Group of Muslim Women

In 2004, France banned the wearing of all conspicuous religious symbols in grade schools. Then, in 2010, France enacted the so-called "Burqa ban," making it illegal for Muslim women to wear the traditional face and body covering in public.

Credit:

Flickr user Jeremy Dumond

Rayhana, who just goes by her first name, is an actress, playwright and a filmmaker, in Paris.

She points to a group of her characters, sketched out in pencil, taped to the wall. The movie she’s working on is an adaptation of the play that brought her fame in France. It takes place in a bathhouse in Algeria. Most of the characters are dressed in robes and towels; one is dressed in a burqa.

She says this character is "super Islamist," and not very nice. Her characterization isn’t accidental. As a feminist in France, Rayhana has strong feelings about the burqa.

"You cannot be part of French society if you are wearing the burqa,” she says. “The burqa is hiding the body and even the face."

Rayhana made international headlines in 2010 when she was attacked by two men on her way to the theater. They threw petrol on her and then tossed a cigarette at her face, which luckily didn’t set her ablaze.

"It was something I didn’t expect at all and it was really one of the most terrible days of my life," she says. "I still have nightmares about it."

She knew they were angry about her play, which was critical of Islam. Although she grew up Muslim, Rayhana, 51, is now an outspoken atheist. Although she thinks wearing the burqa is a choice, she says it is no less than a sign of women’s inferiority. When the French Parliament banned it, she was all for it.

"For me the burqa is a sign of submission and what is submission? It means it negates liberty; it means that we’re a slave. So I was really for this prohibition on the burqa," she says.

Philosopher Henri Pena-Ruiz also supports the burqa ban.

"We cannot accept that someone is completely covered in France,” he says. “It’s a matter of which liberty we are choosing. Are we choosing the right of a woman to show her face or are we choosing the right of a religious chief to impose the burqa?"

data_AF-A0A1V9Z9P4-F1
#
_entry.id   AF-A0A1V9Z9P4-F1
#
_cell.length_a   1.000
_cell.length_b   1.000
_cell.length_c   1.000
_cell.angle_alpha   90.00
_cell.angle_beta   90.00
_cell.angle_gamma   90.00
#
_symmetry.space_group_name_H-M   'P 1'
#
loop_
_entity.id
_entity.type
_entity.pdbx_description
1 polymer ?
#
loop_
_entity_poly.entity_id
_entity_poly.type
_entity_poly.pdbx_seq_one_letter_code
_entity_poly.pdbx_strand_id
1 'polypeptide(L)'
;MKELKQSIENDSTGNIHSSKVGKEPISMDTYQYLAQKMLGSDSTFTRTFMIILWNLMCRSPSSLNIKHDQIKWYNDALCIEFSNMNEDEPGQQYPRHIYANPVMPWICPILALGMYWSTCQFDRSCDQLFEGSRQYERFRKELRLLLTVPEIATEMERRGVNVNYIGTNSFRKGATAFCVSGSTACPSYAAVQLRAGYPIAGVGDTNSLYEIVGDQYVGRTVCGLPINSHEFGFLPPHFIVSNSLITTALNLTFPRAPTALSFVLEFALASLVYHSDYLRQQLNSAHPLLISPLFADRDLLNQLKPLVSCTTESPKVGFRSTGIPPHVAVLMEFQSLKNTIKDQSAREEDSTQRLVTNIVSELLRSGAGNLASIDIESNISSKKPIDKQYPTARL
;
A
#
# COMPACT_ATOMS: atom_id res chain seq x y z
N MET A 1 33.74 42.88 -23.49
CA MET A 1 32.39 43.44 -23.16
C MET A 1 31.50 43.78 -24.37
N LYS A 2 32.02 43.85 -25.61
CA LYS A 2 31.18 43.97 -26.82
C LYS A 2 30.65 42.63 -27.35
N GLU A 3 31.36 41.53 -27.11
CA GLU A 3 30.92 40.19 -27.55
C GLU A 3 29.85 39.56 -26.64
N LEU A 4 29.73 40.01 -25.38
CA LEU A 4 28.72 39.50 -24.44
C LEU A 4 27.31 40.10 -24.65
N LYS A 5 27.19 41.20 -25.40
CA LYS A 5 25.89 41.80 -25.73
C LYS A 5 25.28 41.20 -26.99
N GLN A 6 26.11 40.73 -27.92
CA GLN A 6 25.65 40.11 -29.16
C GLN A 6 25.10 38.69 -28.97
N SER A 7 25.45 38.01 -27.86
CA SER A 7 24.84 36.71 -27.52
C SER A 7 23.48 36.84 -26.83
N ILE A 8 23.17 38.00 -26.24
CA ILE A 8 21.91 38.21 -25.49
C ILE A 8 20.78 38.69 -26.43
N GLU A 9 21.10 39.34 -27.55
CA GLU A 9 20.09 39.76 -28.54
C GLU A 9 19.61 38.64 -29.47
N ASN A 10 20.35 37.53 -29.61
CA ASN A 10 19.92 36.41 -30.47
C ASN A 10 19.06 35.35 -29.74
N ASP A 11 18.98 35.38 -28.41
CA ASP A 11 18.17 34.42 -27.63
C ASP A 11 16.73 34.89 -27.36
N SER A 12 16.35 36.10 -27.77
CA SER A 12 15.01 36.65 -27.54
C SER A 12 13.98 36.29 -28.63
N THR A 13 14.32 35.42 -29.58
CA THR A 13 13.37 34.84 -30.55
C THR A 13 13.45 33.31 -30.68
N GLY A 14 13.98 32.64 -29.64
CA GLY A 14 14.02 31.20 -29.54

Henri was a member of the Stasi Commission, a group of 20 experts, lawyers, academics and former ministers who met in 2003 to review the place of laïcité — the French version of separation of church and state — in modern day France. The Stasi Commission met years before the so-called "burqa ban," at a time when France was preoccupied with religion’s place in public grade schools.

"We didn’t want to restrain personal expression. We wanted to say, 'You can express your religious views but not everywhere, and there are places where wearing these symbols can pose a problem,'" he says.

The commission ultimately recommended a ban on students and teachers wearing any kind of religious symbols in grade schools. This includes all Muslim headscarves, but also yarmulkes and crosses. According to Pena-Ruiz, their intent was to shield students from conflict.

"Though it may appear that we are limiting liberty, we are actually protecting the liberty of these young people,” he says. “A school is a place of study and the school must focus on what is common to the students, not on their differences.”

As another scholar put it, laïcité ensures that everybody in France is equal whether they like it or not. Supporters of laïcité say differences, like religion, only detract from shared values. But opponents say it unfairly targets France’s Muslim population.

That means people like Hanane Karimi, who I meet in central Paris. She's wearing jeans, a red sweater, and a near-matching red hijab knotted tightly behind her head. As we walk on the street, she drops her head. She looks up and focuses her gaze only when talking to me or when reading the metro map. She’s received some unwanted attention in the past.

"The first time I was with my little brother and an old woman with her grandchild says to me, ‘What you are wearing is provocation.’ I was really shocked,” she says. “I could never imagine that someone could feel my veil is a provocation."

Karimi says that rather than promoting harmony, the burqa ban and the ban of religious symbols in grade schools specifically stigmatizes Muslim women and forces them to choose between their religion and their national identity.

She adds that one of the most damaging things about laïcité in France is that it conceals the real issues facing Muslim women. How do you fight chauvinism or racism — or any topic, really — if there isn’t freedom of expression?

"I’m convinced if we don’t put it in the public space, we don’t have power to change,” she says. “It is our right to speak about it. That is the challenge, to speak about what is taboo."

The French government shows no movement toward revisiting the ban on burqas. And right now, France is debating whether to extend the headscarf ban from grade schools to universities as well. Support is wide-reaching and includes former President Nicolas Sarkozy on the right and the current minister for women’s rights on the left.

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